5 Brilliant Cookie-Making Tips I Learned from Ina Garten
It's cookie season, and I'm looking to the Contessa.
Want more cookie tips? Check out our everything guide to cookies.
I've developed a reputation around these parts for spending an inordinate amount of time interviewing and writing articles about Ina Garten, and it's not inaccurate. With a legacy of reliable, straightforward, and deeply comforting recipes, she's not just my go-to contemporary cookbook author, but a source I regularly return to for nuggets of kitchen wisdom.
For example, when she told me it was probably a good idea to replace my blunt vegetable peeler from the '70s, I replaced my blunt vegetable peeler from the '70s. When she told me to chop bread into chunks before freezing it, I made an entire religion out of chopping bread into chunks before freezing it. And now, as we ease into cookie season, I turn to the Barefoot Contessa to bake my some of my all-time favorite cookie recipe. A recent addition to her cookie canon? The soft, cakey black-and-white ones in her new cookbook, Modern Comfort Food.
If you're already set with your own tried-and-true holiday cookie recipes, consider perusing some of Garten's best cookie-making tips to make sure they come out perfectly.
Leave your butter and eggs out overnight
It takes a really, really long time for butter and eggs to come to room temperature, which I've come to realize is very important for baking most cookies. Leaving it out for an hour simply isn't enough time for a stick of refrigerated butter to become sufficiently soft. So Garten recommends leaving the butter and eggs out overnight (if you're organized enough to know you're baking the next day). "In order for the butter to mix with sugar and become light and fluffy, as for a cake batter, it needs to be at room temperature," she writes in Cook Like a Pro. "It won't get soft enough if you leave it on the counter for an hour; it takes hours for it to go from refrigerated temperature (38 degrees) to room temperature (70 degrees)."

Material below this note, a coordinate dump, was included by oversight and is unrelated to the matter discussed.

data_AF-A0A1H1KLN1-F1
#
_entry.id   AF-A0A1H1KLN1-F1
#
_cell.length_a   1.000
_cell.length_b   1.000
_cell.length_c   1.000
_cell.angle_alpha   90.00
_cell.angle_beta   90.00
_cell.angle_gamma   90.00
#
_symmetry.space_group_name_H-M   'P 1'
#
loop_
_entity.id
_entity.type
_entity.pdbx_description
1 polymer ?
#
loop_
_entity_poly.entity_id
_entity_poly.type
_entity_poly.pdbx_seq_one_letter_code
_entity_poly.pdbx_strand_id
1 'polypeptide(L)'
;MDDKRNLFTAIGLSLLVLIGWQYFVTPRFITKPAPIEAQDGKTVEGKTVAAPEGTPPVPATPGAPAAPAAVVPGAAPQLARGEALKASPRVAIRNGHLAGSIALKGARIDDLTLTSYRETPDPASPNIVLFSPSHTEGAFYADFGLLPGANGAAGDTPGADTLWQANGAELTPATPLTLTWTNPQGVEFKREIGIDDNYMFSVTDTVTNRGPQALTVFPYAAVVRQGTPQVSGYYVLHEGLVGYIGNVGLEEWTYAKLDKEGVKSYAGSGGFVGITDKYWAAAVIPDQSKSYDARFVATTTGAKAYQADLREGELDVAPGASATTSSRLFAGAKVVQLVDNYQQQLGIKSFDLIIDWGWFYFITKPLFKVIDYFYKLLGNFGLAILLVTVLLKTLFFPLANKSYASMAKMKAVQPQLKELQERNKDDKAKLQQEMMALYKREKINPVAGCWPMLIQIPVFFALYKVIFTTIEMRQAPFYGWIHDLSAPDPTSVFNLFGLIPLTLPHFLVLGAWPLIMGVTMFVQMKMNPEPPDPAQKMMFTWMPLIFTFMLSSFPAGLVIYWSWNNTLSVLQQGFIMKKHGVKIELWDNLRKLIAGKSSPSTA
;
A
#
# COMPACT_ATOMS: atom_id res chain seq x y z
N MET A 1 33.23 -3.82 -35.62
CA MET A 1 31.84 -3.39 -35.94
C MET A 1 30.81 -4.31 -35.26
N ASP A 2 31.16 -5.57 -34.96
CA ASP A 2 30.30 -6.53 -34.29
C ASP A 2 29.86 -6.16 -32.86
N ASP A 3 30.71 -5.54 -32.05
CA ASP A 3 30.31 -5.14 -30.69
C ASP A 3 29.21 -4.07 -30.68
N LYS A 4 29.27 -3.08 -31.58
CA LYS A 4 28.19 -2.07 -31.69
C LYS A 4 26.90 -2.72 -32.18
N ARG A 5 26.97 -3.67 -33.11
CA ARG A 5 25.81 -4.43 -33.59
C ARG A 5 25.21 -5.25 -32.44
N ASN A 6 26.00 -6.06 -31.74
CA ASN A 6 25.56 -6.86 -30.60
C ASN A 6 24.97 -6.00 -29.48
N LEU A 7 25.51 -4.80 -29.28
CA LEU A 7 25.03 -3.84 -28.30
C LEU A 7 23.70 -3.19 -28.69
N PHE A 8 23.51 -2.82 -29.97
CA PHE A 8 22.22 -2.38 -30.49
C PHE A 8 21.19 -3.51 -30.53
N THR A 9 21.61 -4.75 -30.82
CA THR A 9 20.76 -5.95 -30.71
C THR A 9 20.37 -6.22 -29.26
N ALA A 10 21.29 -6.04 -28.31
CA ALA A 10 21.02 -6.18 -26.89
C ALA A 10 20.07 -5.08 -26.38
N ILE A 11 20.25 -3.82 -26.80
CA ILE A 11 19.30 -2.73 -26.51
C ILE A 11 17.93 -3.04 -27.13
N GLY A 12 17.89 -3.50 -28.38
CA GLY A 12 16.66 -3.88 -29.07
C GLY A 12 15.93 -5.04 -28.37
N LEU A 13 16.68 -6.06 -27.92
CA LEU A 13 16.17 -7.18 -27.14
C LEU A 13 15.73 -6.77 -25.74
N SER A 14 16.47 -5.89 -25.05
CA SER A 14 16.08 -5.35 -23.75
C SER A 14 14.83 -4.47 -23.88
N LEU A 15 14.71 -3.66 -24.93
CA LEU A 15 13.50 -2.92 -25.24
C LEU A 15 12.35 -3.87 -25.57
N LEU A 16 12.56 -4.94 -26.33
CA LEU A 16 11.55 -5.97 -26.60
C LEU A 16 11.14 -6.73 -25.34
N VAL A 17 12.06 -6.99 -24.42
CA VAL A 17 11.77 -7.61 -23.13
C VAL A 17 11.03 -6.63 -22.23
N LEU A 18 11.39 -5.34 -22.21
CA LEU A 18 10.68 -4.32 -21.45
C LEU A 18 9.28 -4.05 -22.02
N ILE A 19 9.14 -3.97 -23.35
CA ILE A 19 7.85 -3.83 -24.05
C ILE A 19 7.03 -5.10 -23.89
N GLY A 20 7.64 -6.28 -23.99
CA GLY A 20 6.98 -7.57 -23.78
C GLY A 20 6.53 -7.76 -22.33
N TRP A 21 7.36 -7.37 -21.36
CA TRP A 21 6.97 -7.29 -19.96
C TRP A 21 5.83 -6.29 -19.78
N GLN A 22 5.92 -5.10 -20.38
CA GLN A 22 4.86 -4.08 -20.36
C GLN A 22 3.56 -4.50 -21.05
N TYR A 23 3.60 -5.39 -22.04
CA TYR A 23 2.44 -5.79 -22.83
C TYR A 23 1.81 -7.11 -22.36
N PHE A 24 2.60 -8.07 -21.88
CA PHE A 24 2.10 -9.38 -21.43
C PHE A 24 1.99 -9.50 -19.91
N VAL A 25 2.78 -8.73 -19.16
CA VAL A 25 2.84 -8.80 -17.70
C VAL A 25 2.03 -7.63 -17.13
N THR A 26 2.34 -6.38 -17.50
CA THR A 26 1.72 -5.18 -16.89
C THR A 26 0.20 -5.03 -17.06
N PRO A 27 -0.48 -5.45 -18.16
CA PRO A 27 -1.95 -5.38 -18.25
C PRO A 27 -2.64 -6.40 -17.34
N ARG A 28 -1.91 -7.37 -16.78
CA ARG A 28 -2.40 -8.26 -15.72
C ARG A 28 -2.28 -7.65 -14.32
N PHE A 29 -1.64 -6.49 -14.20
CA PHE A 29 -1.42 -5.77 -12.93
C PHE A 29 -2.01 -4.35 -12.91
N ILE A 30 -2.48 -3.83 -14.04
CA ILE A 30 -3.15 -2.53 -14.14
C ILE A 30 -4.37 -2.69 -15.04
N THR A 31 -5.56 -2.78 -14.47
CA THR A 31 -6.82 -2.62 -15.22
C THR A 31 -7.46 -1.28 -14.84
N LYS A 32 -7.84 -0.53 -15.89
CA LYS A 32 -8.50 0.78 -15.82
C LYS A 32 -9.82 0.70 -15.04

Freeze your dough for 15 minutes before baking
One of the standout recipes in Garten's new Modern Comfort Food cookbook is her giant crinkled chocolate chip cookie, not only because the cookie itself is perfectly rich, crispy, and a touch salty, but also because the technique is super smart. Before arranging the balls of dough on a sheet pain, she freezes them for exactly 15 minutes. This ensures the absolute perfect texture and even cooking. Another fun technique in this one: Banging the cookie pans on the stovetop after every three minutes of cook time, lending the cookies their crinkled quality. (Garten cites food blogger Sarah Kieffer as her inspiration for this.)
Use an ice cream scoop to measure dough
Maybe this has always been obvious to everyone, but using a 2 1/4-inch standard ice cream scoop to portion out cookie dough before baking has been revelatory for me. I have always tried to guess the correct size using my humble hands, rolling them into uneven blobs that require different cook times and just don't look pretty. Garten calls for an ice cream scoop to portion out her chocolate chip cookies (and many other of her cookie recipes), and the result is pleasingly shaped cookies with crispy edges and soft centers. She also suggests using ice cream scoops for measuring out muffin dough.
Prep your ingredients before you start baking
In Cook Like a Pro, Garten recommends having everything measured out in advance before you begin. While I often don't feel like doing this, it really does make the baking process way more enjoyable. She also suggests checking to make sure you've included every component. When I portion and prep as I go through the recipe, I'll often find myself 75% done only to realize I'm missing a key ingredient and can't finish it.
Always have instant coffee granules on hand
For most of my life, it would have never, ever occurred to stock my cabinet with instant coffee, so I somewhat begrudgingly bought it when I saw it was called for in Garten's black and white cookie recipe in Modern Comfort Food. Just a half teaspoon of Nescafé granules melts into the butter and chocolate mixture that is used for the chocolate glaze on half the cookie, and wow, that small touch added so much complexity and richness to the flavor. I now make sure that instant coffee is always in my pantry to add an extra oomph to cookie glazes and icings.